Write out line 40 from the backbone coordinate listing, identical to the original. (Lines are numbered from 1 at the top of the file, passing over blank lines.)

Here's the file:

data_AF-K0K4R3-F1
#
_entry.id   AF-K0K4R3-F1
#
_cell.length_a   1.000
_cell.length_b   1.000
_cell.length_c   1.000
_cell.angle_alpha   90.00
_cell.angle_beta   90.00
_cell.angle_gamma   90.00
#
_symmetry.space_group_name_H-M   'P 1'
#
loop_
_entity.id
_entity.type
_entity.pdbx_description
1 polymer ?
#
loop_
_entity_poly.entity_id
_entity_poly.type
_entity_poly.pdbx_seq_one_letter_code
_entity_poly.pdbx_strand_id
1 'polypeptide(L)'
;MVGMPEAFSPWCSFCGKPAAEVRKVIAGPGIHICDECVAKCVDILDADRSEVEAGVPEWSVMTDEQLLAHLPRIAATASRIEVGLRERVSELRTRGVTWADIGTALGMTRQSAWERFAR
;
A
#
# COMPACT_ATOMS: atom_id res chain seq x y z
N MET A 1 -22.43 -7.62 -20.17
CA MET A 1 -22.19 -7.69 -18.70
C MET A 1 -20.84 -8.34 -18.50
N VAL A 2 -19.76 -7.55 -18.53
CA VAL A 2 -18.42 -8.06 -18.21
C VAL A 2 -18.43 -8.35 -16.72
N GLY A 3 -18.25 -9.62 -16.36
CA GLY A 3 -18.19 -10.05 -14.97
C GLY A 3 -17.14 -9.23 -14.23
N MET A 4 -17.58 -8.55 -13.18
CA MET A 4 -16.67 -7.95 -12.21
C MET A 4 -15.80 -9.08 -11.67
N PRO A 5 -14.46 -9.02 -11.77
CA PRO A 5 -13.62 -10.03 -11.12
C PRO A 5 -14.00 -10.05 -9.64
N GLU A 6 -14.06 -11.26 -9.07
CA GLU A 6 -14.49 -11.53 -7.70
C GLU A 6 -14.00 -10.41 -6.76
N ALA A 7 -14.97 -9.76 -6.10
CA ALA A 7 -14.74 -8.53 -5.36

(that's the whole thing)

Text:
N MET A 4 -17.58 -8.55 -13.18